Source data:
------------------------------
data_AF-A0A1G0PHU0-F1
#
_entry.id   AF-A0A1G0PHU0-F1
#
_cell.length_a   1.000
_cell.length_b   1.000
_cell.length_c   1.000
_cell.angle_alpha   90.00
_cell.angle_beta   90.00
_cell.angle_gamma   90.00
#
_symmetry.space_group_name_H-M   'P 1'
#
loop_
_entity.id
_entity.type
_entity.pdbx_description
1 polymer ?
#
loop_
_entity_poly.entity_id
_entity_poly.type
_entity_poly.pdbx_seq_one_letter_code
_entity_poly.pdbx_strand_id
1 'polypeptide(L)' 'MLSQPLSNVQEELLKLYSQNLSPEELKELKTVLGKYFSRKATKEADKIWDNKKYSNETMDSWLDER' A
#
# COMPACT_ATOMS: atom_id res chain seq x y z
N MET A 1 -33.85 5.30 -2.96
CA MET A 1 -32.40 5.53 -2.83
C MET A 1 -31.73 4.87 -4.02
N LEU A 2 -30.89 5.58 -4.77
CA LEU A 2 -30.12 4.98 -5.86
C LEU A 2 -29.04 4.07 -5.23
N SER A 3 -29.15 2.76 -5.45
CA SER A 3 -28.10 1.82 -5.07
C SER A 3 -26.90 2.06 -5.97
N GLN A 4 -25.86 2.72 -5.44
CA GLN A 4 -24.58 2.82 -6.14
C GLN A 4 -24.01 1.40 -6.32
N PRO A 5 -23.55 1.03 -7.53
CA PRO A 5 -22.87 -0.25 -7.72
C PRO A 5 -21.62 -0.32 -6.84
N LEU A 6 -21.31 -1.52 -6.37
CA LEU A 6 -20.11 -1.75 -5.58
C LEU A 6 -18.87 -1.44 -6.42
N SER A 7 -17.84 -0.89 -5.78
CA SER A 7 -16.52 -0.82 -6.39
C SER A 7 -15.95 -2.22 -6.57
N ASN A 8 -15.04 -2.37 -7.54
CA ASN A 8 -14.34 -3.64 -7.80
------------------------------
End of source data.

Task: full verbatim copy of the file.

data_AF-A0A1G0PHU0-F1
#
_entry.id   AF-A0A1G0PHU0-F1
#
_cell.length_a   1.000
_cell.length_b   1.000
_cell.length_c   1.000
_cell.angle_alpha   90.00
_cell.angle_beta   90.00
_cell.angle_gamma   90.00
#
_symmetry.space_group_name_H-M   'P 1'
#
loop_
_entity.id
_entity.type
_entity.pdbx_description
1 polymer ?
#
loop_
_entity_poly.entity_id
_entity_poly.type
_entity_poly.pdbx_seq_one_letter_code
_entity_poly.pdbx_strand_id
1 'polypeptide(L)' 'MLSQPLSNVQEELLKLYSQNLSPEELKELKTVLGKYFSRKATKEADKIWDNKKYSNETMDSWLDER' A
#
# COMPACT_ATOMS: atom_id res chain seq x y z
N MET A 1 -33.85 5.30 -2.96
CA MET A 1 -32.40 5.53 -2.83
C MET A 1 -31.73 4.87 -4.02
N LEU A 2 -30.89 5.58 -4.77
CA LEU A 2 -30.12 4.98 -5.86
C LEU A 2 -29.04 4.07 -5.23
N SER A 3 -29.15 2.76 -5.45
CA SER A 3 -28.10 1.82 -5.07
C SER A 3 -26.90 2.06 -5.97
N GLN A 4 -25.86 2.72 -5.44
CA GLN A 4 -24.58 2.82 -6.14
C GLN A 4 -24.01 1.40 -6.32
N PRO A 5 -23.55 1.03 -7.53
CA PRO A 5 -22.87 -0.25 -7.72
C PRO A 5 -21.62 -0.32 -6.84
N LEU A 6 -21.31 -1.52 -6.37
CA LEU A 6 -20.11 -1.75 -5.58
C LEU A 6 -18.87 -1.44 -6.42
N SER A 7 -17.84 -0.89 -5.78
CA SER A 7 -16.52 -0.82 -6.39
C SER A 7 -15.95 -2.22 -6.57
N ASN A 8 -15.04 -2.37 -7.54
CA ASN A 8 -14.34 -3.64 -7.80